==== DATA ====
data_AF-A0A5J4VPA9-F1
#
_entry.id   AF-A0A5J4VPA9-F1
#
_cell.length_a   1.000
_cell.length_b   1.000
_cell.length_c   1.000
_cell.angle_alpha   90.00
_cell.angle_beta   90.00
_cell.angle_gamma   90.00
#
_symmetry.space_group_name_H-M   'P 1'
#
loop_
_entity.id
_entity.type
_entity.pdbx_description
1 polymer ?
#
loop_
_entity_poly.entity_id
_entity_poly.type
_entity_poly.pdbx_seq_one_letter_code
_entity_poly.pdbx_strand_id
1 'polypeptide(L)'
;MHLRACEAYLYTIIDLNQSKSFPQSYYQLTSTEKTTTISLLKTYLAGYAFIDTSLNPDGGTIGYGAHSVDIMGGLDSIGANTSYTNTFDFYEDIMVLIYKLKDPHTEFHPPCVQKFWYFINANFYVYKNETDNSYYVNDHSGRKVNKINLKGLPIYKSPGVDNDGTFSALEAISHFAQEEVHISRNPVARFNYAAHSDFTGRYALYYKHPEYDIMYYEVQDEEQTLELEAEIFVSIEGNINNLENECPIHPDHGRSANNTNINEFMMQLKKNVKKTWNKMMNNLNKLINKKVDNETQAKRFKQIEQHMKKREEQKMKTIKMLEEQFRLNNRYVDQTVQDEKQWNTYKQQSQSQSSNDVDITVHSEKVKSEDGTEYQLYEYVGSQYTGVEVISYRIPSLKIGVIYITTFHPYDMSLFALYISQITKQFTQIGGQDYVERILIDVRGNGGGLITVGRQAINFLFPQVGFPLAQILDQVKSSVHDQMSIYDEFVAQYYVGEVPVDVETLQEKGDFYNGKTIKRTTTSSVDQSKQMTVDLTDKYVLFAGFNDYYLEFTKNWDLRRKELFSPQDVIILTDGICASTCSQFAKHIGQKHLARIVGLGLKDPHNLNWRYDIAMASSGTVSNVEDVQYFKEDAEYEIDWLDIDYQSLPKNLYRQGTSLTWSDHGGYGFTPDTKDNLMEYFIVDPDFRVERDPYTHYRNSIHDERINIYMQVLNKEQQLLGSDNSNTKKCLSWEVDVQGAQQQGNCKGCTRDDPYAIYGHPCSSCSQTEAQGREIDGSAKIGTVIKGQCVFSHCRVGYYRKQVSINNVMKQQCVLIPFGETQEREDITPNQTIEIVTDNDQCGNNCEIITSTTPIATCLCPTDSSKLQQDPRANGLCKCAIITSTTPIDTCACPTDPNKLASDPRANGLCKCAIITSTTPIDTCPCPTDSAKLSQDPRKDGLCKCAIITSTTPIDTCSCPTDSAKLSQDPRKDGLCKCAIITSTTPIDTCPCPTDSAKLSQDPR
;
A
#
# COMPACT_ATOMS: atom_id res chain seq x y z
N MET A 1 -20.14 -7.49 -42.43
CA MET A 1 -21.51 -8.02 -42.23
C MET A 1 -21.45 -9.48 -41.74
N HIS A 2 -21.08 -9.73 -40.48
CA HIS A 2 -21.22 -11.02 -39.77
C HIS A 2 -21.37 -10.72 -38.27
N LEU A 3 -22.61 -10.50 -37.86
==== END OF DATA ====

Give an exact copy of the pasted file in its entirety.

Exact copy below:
data_AF-A0A5J4VPA9-F1
#
_entry.id   AF-A0A5J4VPA9-F1
#
_cell.length_a   1.000
_cell.length_b   1.000
_cell.length_c   1.000
_cell.angle_alpha   90.00
_cell.angle_beta   90.00
_cell.angle_gamma   90.00
#
_symmetry.space_group_name_H-M   'P 1'
#
loop_
_entity.id
_entity.type
_entity.pdbx_description
1 polymer ?
#
loop_
_entity_poly.entity_id
_entity_poly.type
_entity_poly.pdbx_seq_one_letter_code
_entity_poly.pdbx_strand_id
1 'polypeptide(L)'
;MHLRACEAYLYTIIDLNQSKSFPQSYYQLTSTEKTTTISLLKTYLAGYAFIDTSLNPDGGTIGYGAHSVDIMGGLDSIGANTSYTNTFDFYEDIMVLIYKLKDPHTEFHPPCVQKFWYFINANFYVYKNETDNSYYVNDHSGRKVNKINLKGLPIYKSPGVDNDGTFSALEAISHFAQEEVHISRNPVARFNYAAHSDFTGRYALYYKHPEYDIMYYEVQDEEQTLELEAEIFVSIEGNINNLENECPIHPDHGRSANNTNINEFMMQLKKNVKKTWNKMMNNLNKLINKKVDNETQAKRFKQIEQHMKKREEQKMKTIKMLEEQFRLNNRYVDQTVQDEKQWNTYKQQSQSQSSNDVDITVHSEKVKSEDGTEYQLYEYVGSQYTGVEVISYRIPSLKIGVIYITTFHPYDMSLFALYISQITKQFTQIGGQDYVERILIDVRGNGGGLITVGRQAINFLFPQVGFPLAQILDQVKSSVHDQMSIYDEFVAQYYVGEVPVDVETLQEKGDFYNGKTIKRTTTSSVDQSKQMTVDLTDKYVLFAGFNDYYLEFTKNWDLRRKELFSPQDVIILTDGICASTCSQFAKHIGQKHLARIVGLGLKDPHNLNWRYDIAMASSGTVSNVEDVQYFKEDAEYEIDWLDIDYQSLPKNLYRQGTSLTWSDHGGYGFTPDTKDNLMEYFIVDPDFRVERDPYTHYRNSIHDERINIYMQVLNKEQQLLGSDNSNTKKCLSWEVDVQGAQQQGNCKGCTRDDPYAIYGHPCSSCSQTEAQGREIDGSAKIGTVIKGQCVFSHCRVGYYRKQVSINNVMKQQCVLIPFGETQEREDITPNQTIEIVTDNDQCGNNCEIITSTTPIATCLCPTDSSKLQQDPRANGLCKCAIITSTTPIDTCACPTDPNKLASDPRANGLCKCAIITSTTPIDTCPCPTDSAKLSQDPRKDGLCKCAIITSTTPIDTCSCPTDSAKLSQDPRKDGLCKCAIITSTTPIDTCPCPTDSAKLSQDPR
;
A
#
# COMPACT_ATOMS: atom_id res chain seq x y z
N MET A 1 -20.14 -7.49 -42.43
CA MET A 1 -21.51 -8.02 -42.23
C MET A 1 -21.45 -9.48 -41.74
N HIS A 2 -21.08 -9.73 -40.48
CA HIS A 2 -21.22 -11.02 -39.77
C HIS A 2 -21.37 -10.72 -38.27
N LEU A 3 -22.61 -10.50 -37.86